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Car premiums could be hit hard if you drink and drive

A variety of boozy drinksWith Christmas drawing closer, and the party season in full swing, revellers are likely to enjoy a tipple or two with friends and colleagues.

Yet, despite the well-documented dangers, some motorists will drink-drive over the festive period.

New findings show 5 per cent of motorists admitted to having been driven by someone who was over the drink-drive limit in the last three years, according to an AA/Populus survey.

And, while severe snow disruption during the past two Christmases affected the level of drink-driving as many parties were postponed, the AA is now warning that possible mild festive weather could mean we see a resurgence of the drink-driver this year.

Know your limits

The problem is, many of those who fall foul of the law are “accidental criminals” who do not know what the drink-drive limit is, or don’t know how many units are in a particular drink.

Others don’t feel tipsy, and think it is ok to get behind the wheel, or think that as they’ve had a meal, or even just a coffee, they are fine to drive; some simply can’t be bothered to walk.

But the consequences of such behaviour are extremely serious, as you are risking the lives of innocent people – as well as your own.

There is also a financial price to pay.

What are the legal limits?

As a driver, it’s worth familiarising yourself with the legal limits.

These are: 35micrograms of alcohol in 100 millilitres of breath, or 80 milligrams of alcohol per 100 millilitres of blood, or 107 milligrams of alcohol per 100 millilitres of urine.

What are the penalties?

If you drive – or attempt to drive – while over the legal alcohol limit and get caught, you could face a fine of up to £5,000, or a 12-month disqualification from driving; you could even face a six-month jail sentence.

Effect on car insurance premiums

Your actions will also have a significant impact on your car insurance.

Ian Crowder of the AA, says: “If you’ve been convicted of drink-driving, you may lose your licence. When you get this back, many insurers will refuse to cover you, while those that will offer cover will usually do so at a greatly inflated cost.”

He adds that a conviction can add 40-50 per cent to the cost of your premium – making it vital to shop around.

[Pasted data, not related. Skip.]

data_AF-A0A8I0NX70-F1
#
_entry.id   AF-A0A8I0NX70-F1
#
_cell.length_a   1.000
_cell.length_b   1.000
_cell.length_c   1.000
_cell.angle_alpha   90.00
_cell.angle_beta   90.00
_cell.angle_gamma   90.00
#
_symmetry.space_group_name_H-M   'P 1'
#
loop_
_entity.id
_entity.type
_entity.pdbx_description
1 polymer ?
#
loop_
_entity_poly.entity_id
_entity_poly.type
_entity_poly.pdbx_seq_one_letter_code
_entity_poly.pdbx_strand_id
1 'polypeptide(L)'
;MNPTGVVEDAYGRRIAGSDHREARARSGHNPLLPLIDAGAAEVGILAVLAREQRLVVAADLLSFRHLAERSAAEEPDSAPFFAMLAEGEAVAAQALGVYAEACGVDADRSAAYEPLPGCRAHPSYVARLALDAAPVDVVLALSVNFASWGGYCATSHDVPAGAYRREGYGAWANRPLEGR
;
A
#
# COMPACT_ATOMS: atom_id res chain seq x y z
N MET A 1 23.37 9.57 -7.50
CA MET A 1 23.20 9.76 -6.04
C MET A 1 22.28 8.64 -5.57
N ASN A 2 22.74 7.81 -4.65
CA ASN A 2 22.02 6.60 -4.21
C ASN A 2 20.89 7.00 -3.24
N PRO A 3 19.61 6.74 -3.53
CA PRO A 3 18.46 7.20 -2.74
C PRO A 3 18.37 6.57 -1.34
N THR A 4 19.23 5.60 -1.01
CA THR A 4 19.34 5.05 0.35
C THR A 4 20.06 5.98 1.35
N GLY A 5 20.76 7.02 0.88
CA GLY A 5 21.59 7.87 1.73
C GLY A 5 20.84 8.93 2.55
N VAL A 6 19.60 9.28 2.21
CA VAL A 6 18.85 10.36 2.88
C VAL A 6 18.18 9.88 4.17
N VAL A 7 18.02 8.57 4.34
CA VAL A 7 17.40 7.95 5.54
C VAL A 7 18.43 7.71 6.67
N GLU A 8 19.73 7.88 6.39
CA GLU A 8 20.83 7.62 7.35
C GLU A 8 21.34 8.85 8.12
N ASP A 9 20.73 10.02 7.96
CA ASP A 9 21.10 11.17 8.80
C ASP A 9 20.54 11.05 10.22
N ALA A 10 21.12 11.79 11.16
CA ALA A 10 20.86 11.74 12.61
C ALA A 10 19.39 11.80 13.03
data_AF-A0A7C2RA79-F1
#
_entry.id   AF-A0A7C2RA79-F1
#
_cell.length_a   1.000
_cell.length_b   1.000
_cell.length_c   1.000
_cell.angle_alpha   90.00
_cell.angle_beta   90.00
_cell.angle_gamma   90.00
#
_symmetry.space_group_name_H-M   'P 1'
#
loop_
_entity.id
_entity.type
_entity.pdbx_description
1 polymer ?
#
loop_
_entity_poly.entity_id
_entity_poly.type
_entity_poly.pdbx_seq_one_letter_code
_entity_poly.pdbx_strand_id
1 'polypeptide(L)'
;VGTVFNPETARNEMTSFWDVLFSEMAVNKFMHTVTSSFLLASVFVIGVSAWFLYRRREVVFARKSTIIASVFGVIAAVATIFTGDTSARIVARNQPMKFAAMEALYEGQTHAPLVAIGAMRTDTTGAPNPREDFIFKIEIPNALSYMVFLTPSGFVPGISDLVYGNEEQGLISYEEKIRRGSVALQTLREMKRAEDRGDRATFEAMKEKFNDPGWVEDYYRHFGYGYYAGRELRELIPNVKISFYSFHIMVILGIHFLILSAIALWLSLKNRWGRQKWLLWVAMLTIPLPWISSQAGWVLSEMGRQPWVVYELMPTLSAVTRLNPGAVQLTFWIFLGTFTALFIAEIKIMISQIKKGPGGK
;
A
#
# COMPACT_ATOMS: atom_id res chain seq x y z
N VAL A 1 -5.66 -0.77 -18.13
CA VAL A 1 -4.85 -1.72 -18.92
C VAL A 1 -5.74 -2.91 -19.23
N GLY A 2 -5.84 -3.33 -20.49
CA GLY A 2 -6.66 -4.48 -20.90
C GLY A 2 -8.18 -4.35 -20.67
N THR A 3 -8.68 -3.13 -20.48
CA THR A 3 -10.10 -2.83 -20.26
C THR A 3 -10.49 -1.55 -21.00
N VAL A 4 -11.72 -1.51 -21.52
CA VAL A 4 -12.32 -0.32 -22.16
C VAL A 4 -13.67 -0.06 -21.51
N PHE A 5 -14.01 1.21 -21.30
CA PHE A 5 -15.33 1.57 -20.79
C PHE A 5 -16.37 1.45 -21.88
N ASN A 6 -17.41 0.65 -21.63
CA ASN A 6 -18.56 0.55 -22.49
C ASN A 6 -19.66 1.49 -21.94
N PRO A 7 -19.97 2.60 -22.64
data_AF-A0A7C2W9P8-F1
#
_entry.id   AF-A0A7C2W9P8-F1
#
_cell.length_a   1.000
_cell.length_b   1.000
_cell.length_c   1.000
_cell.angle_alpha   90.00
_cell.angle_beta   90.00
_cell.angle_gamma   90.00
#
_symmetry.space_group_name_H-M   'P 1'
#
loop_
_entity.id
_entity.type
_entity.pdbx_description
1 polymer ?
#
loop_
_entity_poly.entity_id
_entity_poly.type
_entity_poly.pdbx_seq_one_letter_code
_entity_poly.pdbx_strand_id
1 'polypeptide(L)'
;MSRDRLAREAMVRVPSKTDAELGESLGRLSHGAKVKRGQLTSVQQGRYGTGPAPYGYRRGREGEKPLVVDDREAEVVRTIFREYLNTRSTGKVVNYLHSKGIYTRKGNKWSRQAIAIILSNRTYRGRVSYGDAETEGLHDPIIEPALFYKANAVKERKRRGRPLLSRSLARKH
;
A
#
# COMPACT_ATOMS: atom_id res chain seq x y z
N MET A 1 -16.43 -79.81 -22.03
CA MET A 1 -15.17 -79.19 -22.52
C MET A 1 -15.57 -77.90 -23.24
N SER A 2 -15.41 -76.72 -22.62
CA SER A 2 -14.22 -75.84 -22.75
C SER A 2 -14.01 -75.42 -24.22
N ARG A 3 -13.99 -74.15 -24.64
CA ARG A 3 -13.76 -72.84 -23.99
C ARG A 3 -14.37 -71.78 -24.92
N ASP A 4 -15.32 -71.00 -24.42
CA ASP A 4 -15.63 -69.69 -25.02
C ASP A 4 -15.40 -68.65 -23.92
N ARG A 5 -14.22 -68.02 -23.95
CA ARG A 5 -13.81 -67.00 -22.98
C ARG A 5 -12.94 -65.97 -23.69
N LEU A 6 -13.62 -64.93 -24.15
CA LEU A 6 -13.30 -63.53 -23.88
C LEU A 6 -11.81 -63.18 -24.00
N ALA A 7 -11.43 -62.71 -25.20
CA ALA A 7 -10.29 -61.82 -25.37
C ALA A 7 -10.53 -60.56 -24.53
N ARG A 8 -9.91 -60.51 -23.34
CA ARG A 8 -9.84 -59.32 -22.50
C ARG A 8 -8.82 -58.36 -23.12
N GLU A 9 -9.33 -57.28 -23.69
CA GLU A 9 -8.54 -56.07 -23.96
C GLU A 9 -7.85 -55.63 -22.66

“In extreme cases, a drink-driving offence could double the cost,” adds Crowder. “Your only option may be to go to a specialist insurer which offers cover to people with convictions.”

Act responsibly

Motorists are being urged to take responsibility for each other over the next few weeks.

“Employers and party organisers need to make sure there are adequate soft drinks available at events, and should be encouraging partygoers to make arrangements for getting home before they set out,” says Edmund King, president of the AA.

“Parents need to check how their teenagers are getting around, and warn them never to get into a car with a drink driver. Fellow party goers must not put pressure on those are driving.”

Also be very careful before getting behind the wheel the morning after a big night out, as you may well still be over the legal limit; if in doubt, do not attempt to drive.

Beware of foods containing alcohol

New findings from insurer Esure show more than two-thirds of motorists are likely to have a drink this festive period and then drive afterwards – without even thinking about the hidden alcohol they may have consumed in foods such as Christmas cake.

“Given the number of festive drinks and treats that contain alcohol, it can be all too easy for motorists to find themselves ‘unintentionally’ over the limit,” warns Asia Yasir from Esure.

“Our advice this party season is ideally not to consume alcohol at all – whether it’s in food or drink – if you intend to drive home.”

For more information

Confused.com has an alcohol units calculator which allows you to select the drinks you would have on an average night and which works out how many units this equates to.

“This is a rough guide, and is not a substitute for common sense,” says Gareth Kloet, head of car insurance at Confused.com. “None for the road remains the best approach.”




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Esther Shaw

Esther Shaw

Esther Shaw is a regular contributor to Confused.com and is the former deputy money editor at The Independent and Independent on Sunday. Before that, she worked as a money and City reporter on The Daily Express and Sunday Express.
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